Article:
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"Make today better than yesterday and tomorrow better than today"

 

Thousands march on Whitehall to call for end to 'war on wildlife'
Thousands march on Whitehall to call for end to 'war on wildlife' Thousands of people marched to Whitehall on Saturday to demand the government invests in wildlife-friendly policies and swiftly reverses the decline of British ecosystems.
Protesters including Billy Bragg delivered a radical manifesto, co-edited by the broadcaster Chris Packham, to Downing Street. The manifesto called for an end to the “war on wildlife” following the decline of more than half of British species in recent decades.

 

EU Parliament Report Demands Reform of Approval Procedure for Toxic Pesticides in Europe
EU Parliament Report Demands Reform of Approval Procedure for Toxic Pesticides in Europe The European pesticide regulation and its implementation need to be improved, says a draft report from a committee of the European Parliament, published Thursday. The report calls for more transparency, stating that the public must have access to the full studies that the European Food Safety Authority (EFSA) relies upon to form its opinions. It also emphasises that studies from the scientific peer-reviewed open literature should be given the same weight as industry studies.

 

Transcript - Interview with Dave Goulson
Transcript - Interview with Dave Goulson "I always feel if I could persuade people to stop for five minutes and get on their hands and knees to look at insects, they would realise that they are cool, beautiful, amazing things".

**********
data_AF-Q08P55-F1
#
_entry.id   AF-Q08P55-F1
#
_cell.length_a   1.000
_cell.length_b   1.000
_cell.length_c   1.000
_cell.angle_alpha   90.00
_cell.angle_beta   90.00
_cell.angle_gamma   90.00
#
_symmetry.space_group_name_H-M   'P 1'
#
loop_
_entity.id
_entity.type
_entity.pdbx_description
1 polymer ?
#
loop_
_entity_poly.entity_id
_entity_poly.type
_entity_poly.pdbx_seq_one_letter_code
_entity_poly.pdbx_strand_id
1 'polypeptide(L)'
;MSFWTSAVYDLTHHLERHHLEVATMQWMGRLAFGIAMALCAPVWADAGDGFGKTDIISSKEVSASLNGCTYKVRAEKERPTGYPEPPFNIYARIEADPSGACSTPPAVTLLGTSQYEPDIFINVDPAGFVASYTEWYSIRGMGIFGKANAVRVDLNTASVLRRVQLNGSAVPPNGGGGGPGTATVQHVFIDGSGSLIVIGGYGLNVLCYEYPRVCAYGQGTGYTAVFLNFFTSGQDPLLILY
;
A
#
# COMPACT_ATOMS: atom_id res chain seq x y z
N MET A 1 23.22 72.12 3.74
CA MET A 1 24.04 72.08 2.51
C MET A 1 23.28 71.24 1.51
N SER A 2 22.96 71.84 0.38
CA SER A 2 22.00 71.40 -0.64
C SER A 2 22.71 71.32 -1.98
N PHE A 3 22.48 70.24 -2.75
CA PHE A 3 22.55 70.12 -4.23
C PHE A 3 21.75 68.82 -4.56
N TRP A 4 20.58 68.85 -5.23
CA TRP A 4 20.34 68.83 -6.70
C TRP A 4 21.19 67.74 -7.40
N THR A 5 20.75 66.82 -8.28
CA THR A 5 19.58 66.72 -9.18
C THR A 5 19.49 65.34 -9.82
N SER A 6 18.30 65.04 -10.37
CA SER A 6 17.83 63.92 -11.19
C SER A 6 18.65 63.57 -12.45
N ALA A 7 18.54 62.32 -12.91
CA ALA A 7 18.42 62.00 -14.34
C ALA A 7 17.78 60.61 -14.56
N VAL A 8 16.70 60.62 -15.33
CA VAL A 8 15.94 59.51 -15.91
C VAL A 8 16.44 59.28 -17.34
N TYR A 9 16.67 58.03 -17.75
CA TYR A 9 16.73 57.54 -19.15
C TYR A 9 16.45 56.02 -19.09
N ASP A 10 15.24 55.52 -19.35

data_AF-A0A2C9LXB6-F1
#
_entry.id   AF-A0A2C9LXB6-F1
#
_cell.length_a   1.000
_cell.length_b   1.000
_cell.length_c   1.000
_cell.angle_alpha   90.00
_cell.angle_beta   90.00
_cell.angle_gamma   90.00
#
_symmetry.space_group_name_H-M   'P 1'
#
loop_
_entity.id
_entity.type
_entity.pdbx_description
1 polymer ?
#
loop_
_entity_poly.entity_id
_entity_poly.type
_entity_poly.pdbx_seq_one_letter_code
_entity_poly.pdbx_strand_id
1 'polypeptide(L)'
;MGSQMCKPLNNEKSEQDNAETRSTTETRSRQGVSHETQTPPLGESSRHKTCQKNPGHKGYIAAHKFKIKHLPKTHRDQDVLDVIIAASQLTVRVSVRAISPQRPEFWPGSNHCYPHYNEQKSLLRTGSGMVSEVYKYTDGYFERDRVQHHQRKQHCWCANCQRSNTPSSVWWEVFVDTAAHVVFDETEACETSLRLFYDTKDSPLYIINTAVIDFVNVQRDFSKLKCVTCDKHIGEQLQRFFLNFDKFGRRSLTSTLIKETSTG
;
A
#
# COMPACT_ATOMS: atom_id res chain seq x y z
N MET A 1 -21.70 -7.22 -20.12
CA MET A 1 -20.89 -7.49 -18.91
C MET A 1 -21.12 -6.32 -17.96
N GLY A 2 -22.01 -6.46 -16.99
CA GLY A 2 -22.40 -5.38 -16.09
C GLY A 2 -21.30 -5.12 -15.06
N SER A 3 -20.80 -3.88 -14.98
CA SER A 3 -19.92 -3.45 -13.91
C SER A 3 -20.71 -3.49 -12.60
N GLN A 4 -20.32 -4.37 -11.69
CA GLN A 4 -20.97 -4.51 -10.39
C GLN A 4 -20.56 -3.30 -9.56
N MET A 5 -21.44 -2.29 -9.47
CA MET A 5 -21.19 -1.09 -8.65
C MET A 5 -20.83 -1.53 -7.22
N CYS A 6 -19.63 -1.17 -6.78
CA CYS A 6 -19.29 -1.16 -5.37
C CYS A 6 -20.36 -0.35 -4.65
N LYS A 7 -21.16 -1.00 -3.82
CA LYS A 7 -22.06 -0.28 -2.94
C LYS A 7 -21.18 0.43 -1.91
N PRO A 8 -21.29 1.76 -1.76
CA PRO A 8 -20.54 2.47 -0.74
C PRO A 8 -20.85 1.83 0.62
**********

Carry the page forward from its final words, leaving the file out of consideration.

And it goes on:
Dave Goulson is a British biologist actively working for the protection of the environment. He is a professor of Biology at the University of Sussex and has been widely recognised as one of the leading experts in subjects relating the decline of bees and the opportunities to overcome this circumstances.
You can listen to the original audio here ...

 

Choosing The Best Beehive Depending On Your Purpose For Beekeeping
Choosing The Best Beehive Depending On Your Purpose For Beekeeping The Langstroth hive, invented in 1851, was the first beehive to contain removable frames, which facilitated better bee inspection by allowing easier access. Though it is considered the most popular among beekeepers, according to Hobby Farms, there are various beehive plans to choose from as you indulge in beekeeping. Sometimes it is unclear which type of hive would work best for you and the final decision depends on different factors that vary among beekeepers.

 

60,000 bees stolen in north-east robbery
60,000 bees stolen in north-east robbery A beekeeper has been left distraught after thieves stole four of his five hives – containing around 60,000 bees.
Erling Watt kept his colony on a farm just outside Peterhead, and was hoping to start making honey to fund his upcoming retirement.
But when he went to check on the apiaries earlier this week, he discovered they were gone.

 

Most People Hate Wasps—but They're Just as Important as Bees
Most People Hate Wasps—but They're Just as Important as Bees Why are bees held in such high-regard, while their wasp cousins seem to be almost universally disliked ?
This apparent hate for wasps most likely stems from a lack of understanding among the public of the numerous ecological and economic benefits that they provide, according to researchers from University College London (UCL).

 

Honeybee swarms act like superorganisms to stay together in high winds
Honeybee swarms act like superorganisms to stay together in high winds A swarm of honeybees acts like a superorganism that responds to physical stress by changing shape – even though doing so comes at a physical cost to some individuals.
Colonies of European honeybees reproduce by releasing a queen from the nest accompanied by an entourage of colony workers. This swarm often attaches itself to the underside of a tree branch – taking on the shape of an inverted cone with the queen safely at the centre – while scout bees search for a good place to build a new nest.